Richard Heard retires after a 35-year career at GCRL
Richard Heard, professor of invertebrate zoology, announced his retirement from the Gulf Coast Research Laboratory in January 2015. Heard has been involved with the identification of invertebrates collected from the Gulf of Mexico and Atlantic coasts of the southeastern United States for more than 35 years. He originally joined GCRL in 1980.
“Richard is an amazing man with an encyclopedic knowledge of marine invertebrates, and a trip into the field with him is a truly unique experience,” said Sara Lecroy, curator of the GCRL museum. “He’s absolutely fearless in the pursuit of just one more specimen, and no one can find as many species of inverts in a given area as Richard can.”
Heard has authored and co-authored more than 160 publications dealing with marine invertebrates and fish, including the descriptions of a new family, new genera, and a variety of new species of stomatopods, mysids, cumaceans, tanaidaceans, isopods, amphipods and decapods.
“He’s always extremely generous with his time and expertise, willing to share his knowledge with anyone who has an interest,” Lecroy said. “There are very few crustacean biologists worldwide who are not familiar with the work of Richard Heard.”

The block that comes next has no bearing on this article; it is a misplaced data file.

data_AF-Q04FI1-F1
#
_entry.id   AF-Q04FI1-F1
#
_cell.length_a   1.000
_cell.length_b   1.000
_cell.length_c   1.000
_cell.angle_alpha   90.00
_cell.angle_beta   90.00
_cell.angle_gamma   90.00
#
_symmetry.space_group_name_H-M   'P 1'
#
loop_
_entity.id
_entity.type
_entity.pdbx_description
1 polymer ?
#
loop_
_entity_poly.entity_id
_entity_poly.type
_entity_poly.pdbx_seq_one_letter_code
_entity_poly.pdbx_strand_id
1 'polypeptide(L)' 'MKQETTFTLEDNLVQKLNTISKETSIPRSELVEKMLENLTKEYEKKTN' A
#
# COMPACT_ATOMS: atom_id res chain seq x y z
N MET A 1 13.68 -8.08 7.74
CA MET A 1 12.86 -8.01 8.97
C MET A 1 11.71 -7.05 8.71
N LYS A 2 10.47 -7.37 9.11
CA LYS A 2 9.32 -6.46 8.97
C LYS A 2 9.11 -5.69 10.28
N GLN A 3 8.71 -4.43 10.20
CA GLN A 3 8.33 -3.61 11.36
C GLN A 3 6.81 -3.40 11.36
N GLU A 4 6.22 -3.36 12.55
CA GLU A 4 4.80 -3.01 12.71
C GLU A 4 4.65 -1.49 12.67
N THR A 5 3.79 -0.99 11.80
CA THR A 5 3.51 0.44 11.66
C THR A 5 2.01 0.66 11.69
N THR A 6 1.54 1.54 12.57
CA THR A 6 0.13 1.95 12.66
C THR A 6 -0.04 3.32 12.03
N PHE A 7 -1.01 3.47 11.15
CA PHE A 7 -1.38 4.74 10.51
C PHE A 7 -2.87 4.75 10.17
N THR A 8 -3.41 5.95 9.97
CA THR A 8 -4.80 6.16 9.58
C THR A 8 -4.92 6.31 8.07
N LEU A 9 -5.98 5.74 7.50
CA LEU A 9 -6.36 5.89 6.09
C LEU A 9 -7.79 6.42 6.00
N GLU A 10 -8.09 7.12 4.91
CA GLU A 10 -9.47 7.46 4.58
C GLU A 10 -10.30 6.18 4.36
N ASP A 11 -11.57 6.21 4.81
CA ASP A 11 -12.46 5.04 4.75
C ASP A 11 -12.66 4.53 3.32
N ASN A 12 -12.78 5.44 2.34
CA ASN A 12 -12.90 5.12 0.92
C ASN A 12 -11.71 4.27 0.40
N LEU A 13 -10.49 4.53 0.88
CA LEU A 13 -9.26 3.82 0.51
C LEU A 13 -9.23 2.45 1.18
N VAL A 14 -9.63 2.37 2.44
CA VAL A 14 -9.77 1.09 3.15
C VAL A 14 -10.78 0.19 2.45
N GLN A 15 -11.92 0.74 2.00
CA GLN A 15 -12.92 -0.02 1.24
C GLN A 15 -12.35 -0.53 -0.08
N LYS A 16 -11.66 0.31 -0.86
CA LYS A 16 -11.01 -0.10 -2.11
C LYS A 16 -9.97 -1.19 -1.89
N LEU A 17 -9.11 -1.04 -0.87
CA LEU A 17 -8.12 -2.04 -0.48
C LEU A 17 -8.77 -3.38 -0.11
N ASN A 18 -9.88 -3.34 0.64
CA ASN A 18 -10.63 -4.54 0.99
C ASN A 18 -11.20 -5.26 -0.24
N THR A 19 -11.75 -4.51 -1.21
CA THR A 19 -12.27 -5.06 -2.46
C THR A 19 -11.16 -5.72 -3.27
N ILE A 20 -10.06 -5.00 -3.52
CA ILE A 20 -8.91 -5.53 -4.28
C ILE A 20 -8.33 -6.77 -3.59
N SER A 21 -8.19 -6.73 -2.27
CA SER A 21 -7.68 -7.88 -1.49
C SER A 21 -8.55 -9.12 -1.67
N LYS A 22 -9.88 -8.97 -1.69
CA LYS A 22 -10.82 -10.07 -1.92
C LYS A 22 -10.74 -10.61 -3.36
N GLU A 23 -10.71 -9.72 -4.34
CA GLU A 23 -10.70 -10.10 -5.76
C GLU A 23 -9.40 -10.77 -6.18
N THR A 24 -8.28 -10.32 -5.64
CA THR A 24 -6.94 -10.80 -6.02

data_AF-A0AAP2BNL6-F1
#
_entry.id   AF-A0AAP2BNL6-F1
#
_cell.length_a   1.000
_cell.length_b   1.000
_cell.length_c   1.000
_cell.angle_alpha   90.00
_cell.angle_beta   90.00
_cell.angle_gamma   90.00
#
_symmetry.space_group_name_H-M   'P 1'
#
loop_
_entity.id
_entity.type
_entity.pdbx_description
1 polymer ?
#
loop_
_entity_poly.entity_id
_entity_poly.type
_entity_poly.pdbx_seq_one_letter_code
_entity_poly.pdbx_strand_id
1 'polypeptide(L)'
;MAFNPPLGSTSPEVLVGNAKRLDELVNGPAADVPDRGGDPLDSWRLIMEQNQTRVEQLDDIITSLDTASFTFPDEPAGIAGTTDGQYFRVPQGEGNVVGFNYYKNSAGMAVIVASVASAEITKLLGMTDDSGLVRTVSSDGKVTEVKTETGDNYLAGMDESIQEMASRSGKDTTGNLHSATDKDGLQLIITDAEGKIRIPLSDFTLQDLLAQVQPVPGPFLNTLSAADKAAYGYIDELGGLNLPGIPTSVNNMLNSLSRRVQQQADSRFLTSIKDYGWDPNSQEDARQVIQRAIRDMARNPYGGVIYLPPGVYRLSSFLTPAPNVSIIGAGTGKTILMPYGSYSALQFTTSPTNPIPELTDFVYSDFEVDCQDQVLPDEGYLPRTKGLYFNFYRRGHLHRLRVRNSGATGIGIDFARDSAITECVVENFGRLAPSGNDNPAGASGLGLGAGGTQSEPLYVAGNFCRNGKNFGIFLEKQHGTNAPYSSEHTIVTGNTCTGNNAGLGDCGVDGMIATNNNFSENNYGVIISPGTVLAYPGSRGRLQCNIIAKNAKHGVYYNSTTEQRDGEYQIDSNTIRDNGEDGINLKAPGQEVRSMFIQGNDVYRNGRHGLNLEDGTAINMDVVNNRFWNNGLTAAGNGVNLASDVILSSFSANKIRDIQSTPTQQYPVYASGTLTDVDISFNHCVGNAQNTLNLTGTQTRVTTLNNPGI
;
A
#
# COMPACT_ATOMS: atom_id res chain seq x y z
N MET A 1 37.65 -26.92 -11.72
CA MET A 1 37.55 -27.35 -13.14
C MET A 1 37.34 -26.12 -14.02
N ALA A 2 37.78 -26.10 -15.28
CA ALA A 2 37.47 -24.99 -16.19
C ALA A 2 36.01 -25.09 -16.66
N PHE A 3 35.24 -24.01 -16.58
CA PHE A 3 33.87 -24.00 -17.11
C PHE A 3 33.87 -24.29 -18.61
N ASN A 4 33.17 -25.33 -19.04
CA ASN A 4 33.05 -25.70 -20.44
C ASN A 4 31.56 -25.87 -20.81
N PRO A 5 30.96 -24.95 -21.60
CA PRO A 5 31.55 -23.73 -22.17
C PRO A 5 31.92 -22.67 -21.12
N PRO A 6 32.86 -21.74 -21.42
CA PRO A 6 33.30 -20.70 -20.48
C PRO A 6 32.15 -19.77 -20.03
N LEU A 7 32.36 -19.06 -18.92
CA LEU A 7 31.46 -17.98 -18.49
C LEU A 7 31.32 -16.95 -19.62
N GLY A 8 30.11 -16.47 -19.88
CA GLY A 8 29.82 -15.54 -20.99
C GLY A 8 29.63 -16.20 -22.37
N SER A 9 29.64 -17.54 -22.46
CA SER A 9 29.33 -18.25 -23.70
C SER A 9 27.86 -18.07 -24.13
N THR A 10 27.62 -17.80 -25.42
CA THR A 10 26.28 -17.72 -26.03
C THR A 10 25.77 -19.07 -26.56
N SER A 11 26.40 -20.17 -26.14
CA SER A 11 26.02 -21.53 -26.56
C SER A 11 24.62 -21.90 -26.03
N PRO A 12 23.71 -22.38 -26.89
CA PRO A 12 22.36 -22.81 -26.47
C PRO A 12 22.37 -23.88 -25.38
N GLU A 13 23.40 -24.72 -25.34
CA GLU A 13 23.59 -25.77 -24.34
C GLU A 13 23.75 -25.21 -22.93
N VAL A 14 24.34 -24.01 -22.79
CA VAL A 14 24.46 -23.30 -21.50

Robin Overstreet, professor emeritus of parasitology, remembers teaching Heard as he pursued his doctorate in 1970.
“We were crammed together in one small room for five years until he graduated in December 1975,” Overstreet said. “Because of his previous and past collections and contacts, he quickly became an international expert on a few different groups of crustaceans and other invertebrates.”
Overstreet and Heard first met when Overstreet was teaching a parasitology course at the University of Miami in the 1960s.
“Richard was a student at the University of Georgia at the time,” he said. “He passed through and we met. We’ve been closely working together since.”
Heard and Overstreet’s paths would cross again in 1967 at the annual meeting of the American Society of Parasitologists in Tucson, Ariz., where they both gave the first presentations in their careers.
“He has always been known around the lab and invertebrate community as capable of telling folks about every marine and coastal invertebrate in the Southeast,” Overstreet said. “He knows where and when to find them and exactly how to catch them, day or night.”
Heard will return to GCRL on an emeritus status in 2016 to continue teaching those interested in the fields of marine science, which he has dedicated his life to.